Jordan, Gaetz and DeSantis aren’t the House Republicans working to discredit the Russia investigation. As Politico reported Wednesday, House Intelligence Committee chairman Rep. Devin Nunes (R-CA) is leading a small group of House Republicans to secretly build a case against senior officials at the FBI and DOJ—particularly surrounding the Trump dossier.

Nunes, who worked on Trump’s transition team, has been challenging the Russia collusion narrative since the inauguration. In April, he sparked political uproar after hastily calling a press conference to publicly accuse the Obama administration of “unmasking” members of the Trump team. It was later revealed Nunes received that information during a clandestine meeting with White House officials.

Nunes “temporarily stepped aside” from leading the House Intelligence Committee investigation amid an ethics probe, but in June, the California Republican admitted that didn’t really mean much.

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“I can do whatever I want, I’m the chairman of the committee,” Nunes said.


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George Conway reveals Trump is being shunned by law firms because young lawyers ‘want nothing to do with him’

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Conservative attorney George Conway asserted in a column over the weekend that President Donald Trump's history of mistreating law firms is catching up with him.

In a Sunday op-ed for The Washington Post, Conway explains that Trump is now faced with sparse choices for legal representation in his impeachment trial after years of not paying attorneys and generally being a bad client.

Pointing to Trump's choice of Alan Dershowitz and Kenneth Starr, Conway writes:

?The president has consistently encountered difficulty in hiring good lawyers to defend him. In 2017, after Robert S. Mueller III became special counsel, Trump couldn’t find a high-end law firm that would take him as a client. His reputation for nonpayment preceded him: One major Manhattan firm I know had once been forced to eat bills for millions in bond work it once did for Trump. No doubt other members of the legal community knew of other examples.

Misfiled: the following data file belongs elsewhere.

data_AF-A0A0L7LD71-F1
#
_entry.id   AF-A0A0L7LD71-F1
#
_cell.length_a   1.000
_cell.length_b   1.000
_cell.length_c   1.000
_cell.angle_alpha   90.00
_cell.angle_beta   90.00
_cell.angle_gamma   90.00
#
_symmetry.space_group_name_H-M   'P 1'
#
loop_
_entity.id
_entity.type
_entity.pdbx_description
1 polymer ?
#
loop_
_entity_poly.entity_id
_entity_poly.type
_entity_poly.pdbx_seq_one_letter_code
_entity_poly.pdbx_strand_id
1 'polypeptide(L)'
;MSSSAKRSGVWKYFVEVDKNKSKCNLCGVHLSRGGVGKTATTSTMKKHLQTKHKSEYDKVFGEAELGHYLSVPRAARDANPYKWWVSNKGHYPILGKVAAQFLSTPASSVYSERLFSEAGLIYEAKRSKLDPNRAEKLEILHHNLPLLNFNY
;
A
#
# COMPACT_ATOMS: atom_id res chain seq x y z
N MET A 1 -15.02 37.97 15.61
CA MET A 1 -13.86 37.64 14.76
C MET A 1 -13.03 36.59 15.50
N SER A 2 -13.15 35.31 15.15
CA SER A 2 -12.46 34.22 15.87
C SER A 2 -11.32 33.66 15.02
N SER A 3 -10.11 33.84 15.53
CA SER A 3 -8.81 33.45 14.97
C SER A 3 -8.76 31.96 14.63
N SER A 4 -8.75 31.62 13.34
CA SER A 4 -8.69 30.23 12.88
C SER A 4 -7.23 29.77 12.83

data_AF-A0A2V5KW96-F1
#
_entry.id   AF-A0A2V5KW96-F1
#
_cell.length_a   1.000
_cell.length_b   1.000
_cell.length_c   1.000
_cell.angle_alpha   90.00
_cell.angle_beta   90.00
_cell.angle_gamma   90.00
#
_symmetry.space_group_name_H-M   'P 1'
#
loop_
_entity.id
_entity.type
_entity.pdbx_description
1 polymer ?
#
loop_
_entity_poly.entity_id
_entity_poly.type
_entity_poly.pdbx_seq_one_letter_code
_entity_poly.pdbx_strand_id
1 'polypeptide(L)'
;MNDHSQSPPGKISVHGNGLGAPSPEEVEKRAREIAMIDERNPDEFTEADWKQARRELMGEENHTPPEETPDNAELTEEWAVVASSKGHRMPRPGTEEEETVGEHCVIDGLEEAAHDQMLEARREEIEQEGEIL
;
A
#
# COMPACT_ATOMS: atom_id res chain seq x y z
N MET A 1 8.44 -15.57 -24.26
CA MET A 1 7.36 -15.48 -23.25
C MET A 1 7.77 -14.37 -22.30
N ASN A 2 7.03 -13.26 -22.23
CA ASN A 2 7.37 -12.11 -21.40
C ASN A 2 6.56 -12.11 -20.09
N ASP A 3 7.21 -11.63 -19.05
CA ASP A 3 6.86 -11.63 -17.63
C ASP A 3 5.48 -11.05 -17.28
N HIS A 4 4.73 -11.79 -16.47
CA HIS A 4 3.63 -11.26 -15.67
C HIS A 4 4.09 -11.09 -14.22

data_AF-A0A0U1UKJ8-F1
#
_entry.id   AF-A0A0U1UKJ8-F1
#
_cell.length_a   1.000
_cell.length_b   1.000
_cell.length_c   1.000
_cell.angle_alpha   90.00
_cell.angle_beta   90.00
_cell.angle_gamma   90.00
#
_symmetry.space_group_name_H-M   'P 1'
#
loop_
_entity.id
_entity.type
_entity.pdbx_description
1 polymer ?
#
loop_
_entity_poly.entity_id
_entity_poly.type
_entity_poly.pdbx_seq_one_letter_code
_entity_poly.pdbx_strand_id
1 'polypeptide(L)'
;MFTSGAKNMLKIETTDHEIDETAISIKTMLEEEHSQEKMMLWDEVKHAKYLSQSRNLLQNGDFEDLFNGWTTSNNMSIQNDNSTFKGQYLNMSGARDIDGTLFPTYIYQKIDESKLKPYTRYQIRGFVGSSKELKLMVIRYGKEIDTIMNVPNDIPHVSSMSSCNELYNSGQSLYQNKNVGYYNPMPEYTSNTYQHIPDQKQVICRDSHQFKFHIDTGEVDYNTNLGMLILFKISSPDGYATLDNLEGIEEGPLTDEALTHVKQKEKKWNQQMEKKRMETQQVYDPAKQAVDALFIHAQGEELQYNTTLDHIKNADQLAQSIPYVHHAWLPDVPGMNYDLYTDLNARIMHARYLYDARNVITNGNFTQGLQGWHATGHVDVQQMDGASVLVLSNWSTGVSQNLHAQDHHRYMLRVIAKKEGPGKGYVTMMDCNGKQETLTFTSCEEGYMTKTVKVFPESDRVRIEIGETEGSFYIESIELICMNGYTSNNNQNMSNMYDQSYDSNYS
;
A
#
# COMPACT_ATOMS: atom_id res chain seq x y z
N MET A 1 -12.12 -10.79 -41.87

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Texas GOPer Cornyn blames Trump’s problems on campaign ‘grifters’ — then calls Giuliani ‘not relevant’

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Appearing on CBS's “Face the Nation," Sen. John Cornyn (R-TX) attempted to blame Donald Trump's impeachment problems on "grifters" who found a way to attach themselves to the now-president when he began to run for president.

Speaking with host Margaret Brennan, Cornyn was asked about allegations made by Rudy Giuliani associate Lev Parnas that have implicated not only the president but Vice President Mike Pence and senior White House officials in an attempt to strongarm the leaders of Ukraine in return for military aid.

"Doesn't it trouble you that [Parnas] was working so closely with Rudy Giuliani, who was acting on the president's behalf and saying he was acting on the president's behalf?" host Brennan asked. "

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‘No sound basis’: Georgetown law professor explains why Alan Dershowitz will crumble under Senate questioning

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Georgetown law professor John Mikhail suggested on Sunday that the portion of President Donald Trump's defense which is being covered by Alan Dershowitz to fail because it has "no sound basis" in history and law.

"There is no sound basis for Alan Dershowitz to claim that abuse of power is not an impeachable offense. In addition to being at odds with common sense, this claim is contradicted by a clear and consistent body of historical evidence," Mikhail stated.

The law professor cited the impeachment of Warren Hastings in the 1780s.

"Some of the best evidence comes from the case of Warren Hastings, which informed the drafting Art. II, Sec 4," Mikhail wrote. "The fact that he was not guilty of treason, but still deserved to be impeached, was a major reason 'other high crimes and misdemeanors' was added to the Constitution."